In an environment as parched as the desert, a superabsorbent hydrogel developed by scientists has demonstrated an impressive capacity to draw vast amounts of water from the atmosphere. This could potentially resolve the long-standing issue of unequal water resource distribution.
As environmental conditions shift and climate change intensifies, the strain on global water and energy resources is escalating. According to UNICEF, almost two-thirds of the world’s population endure extreme water scarcity for a minimum of one month each year.
While searching for innovative moisture-capturing materials, the team at MIT zeroed in on “hygroscopic hydrogels”. These are hydrogels capable of collecting atmospheric humidity. Though beneficial in a variety of environmental situations, the hydrogels must achieve high efficiency, low cost, sustainability, and scalability to be commercially viable.
The hydrogel recently developed by the Massachusetts Institute of Technology exhibits a greatly enhanced capacity for absorbing water vapour, even in desert conditions. This was achieved by introducing the salt “lithium chloride” to the hydrogel. Capable of absorbing over ten times its mass in water, lithium chloride is secured by the hydrogel.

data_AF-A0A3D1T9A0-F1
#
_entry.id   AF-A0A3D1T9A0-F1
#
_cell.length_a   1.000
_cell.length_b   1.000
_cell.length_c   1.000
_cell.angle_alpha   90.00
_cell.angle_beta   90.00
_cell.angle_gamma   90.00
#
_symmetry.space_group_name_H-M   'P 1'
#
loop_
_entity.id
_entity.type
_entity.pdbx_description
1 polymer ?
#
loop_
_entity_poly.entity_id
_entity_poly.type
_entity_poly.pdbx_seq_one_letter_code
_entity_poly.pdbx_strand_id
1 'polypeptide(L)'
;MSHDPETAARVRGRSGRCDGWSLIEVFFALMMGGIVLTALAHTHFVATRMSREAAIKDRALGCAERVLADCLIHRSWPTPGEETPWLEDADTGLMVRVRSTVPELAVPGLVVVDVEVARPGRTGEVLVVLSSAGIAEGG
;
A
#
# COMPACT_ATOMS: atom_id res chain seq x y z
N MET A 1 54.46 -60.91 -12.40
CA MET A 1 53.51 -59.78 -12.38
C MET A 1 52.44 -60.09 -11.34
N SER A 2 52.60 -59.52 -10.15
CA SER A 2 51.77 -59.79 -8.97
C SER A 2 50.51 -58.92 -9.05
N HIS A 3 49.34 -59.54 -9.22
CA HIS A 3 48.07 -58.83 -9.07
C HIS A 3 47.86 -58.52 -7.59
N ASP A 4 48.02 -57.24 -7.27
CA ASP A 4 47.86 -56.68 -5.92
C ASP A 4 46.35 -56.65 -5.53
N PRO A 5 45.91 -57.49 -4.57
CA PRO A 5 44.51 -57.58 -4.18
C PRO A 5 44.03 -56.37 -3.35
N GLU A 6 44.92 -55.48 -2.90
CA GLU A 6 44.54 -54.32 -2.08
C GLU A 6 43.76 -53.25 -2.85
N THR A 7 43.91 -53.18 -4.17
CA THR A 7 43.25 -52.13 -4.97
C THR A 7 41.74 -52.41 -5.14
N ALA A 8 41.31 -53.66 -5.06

According to the study’s lead author, Gustav Graeber, this approach synergistically combines the best features of both components: the hydrogel’s ability to store large amounts of water and the salt’s ability to trap vast amounts of water vapour.
To test the impact of varying concentrations, the research team infused the hydrogel disk with lithium chloride salt solution of different concentrations, weighing it daily to monitor the amount of salt incorporated. After a 30-day immersion period, the researchers found that the hydrogel had absorbed 24 grams of salt per gram.
The team also evaluated the new hydrogel under various humidity conditions, discovering that it could absorb water without leakage at humidity levels of 30%, 50%, and 70%. Even in environments with humidity lower than 30%—similar to desert nights—the hydrogel was able to draw 1.79 grams of water per gram of material, a 15% increase over previously tested hydrogels. This can then be heated and condensed to collect pure water.
Given the significant temperature fluctuations in desert climates—ranging from scorching heat to sub-zero cold—the team pointed out that a material capable of generating water in such conditions would be highly valuable. The researchers’ forthcoming challenge lies in accelerating the water absorption process.